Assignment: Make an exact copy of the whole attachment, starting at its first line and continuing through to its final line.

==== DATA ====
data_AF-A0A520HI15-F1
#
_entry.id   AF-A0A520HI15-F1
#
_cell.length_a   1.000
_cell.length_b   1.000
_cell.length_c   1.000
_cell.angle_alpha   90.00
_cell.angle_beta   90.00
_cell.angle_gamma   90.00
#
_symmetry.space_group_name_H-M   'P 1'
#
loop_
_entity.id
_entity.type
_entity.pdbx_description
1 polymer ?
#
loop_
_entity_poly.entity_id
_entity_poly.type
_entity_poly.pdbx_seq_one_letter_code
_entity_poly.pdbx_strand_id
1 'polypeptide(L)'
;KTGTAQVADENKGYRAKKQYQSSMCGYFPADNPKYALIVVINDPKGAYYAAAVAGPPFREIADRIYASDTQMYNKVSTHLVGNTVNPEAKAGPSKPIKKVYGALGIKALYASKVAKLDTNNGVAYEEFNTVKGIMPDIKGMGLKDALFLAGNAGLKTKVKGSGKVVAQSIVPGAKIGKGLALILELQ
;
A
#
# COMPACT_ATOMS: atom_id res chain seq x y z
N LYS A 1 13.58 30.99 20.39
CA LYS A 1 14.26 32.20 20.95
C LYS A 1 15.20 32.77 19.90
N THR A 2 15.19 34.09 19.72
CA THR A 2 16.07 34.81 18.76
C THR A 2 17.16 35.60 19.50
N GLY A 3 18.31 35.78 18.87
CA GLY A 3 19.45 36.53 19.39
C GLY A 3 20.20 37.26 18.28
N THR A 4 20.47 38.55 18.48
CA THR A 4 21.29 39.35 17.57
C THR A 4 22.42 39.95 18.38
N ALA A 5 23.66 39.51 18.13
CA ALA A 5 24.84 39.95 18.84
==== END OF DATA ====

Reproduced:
data_AF-A0A520HI15-F1
#
_entry.id   AF-A0A520HI15-F1
#
_cell.length_a   1.000
_cell.length_b   1.000
_cell.length_c   1.000
_cell.angle_alpha   90.00
_cell.angle_beta   90.00
_cell.angle_gamma   90.00
#
_symmetry.space_group_name_H-M   'P 1'
#
loop_
_entity.id
_entity.type
_entity.pdbx_description
1 polymer ?
#
loop_
_entity_poly.entity_id
_entity_poly.type
_entity_poly.pdbx_seq_one_letter_code
_entity_poly.pdbx_strand_id
1 'polypeptide(L)'
;KTGTAQVADENKGYRAKKQYQSSMCGYFPADNPKYALIVVINDPKGAYYAAAVAGPPFREIADRIYASDTQMYNKVSTHLVGNTVNPEAKAGPSKPIKKVYGALGIKALYASKVAKLDTNNGVAYEEFNTVKGIMPDIKGMGLKDALFLAGNAGLKTKVKGSGKVVAQSIVPGAKIGKGLALILELQ
;
A
#
# COMPACT_ATOMS: atom_id res chain seq x y z
N LYS A 1 13.58 30.99 20.39
CA LYS A 1 14.26 32.20 20.95
C LYS A 1 15.20 32.77 19.90
N THR A 2 15.19 34.09 19.72
CA THR A 2 16.07 34.81 18.76
C THR A 2 17.16 35.60 19.50
N GLY A 3 18.31 35.78 18.87
CA GLY A 3 19.45 36.53 19.39
C GLY A 3 20.20 37.26 18.28
N THR A 4 20.47 38.55 18.48
CA THR A 4 21.29 39.35 17.57
C THR A 4 22.42 39.95 18.38
N ALA A 5 23.66 39.51 18.13
CA ALA A 5 24.84 39.95 18.84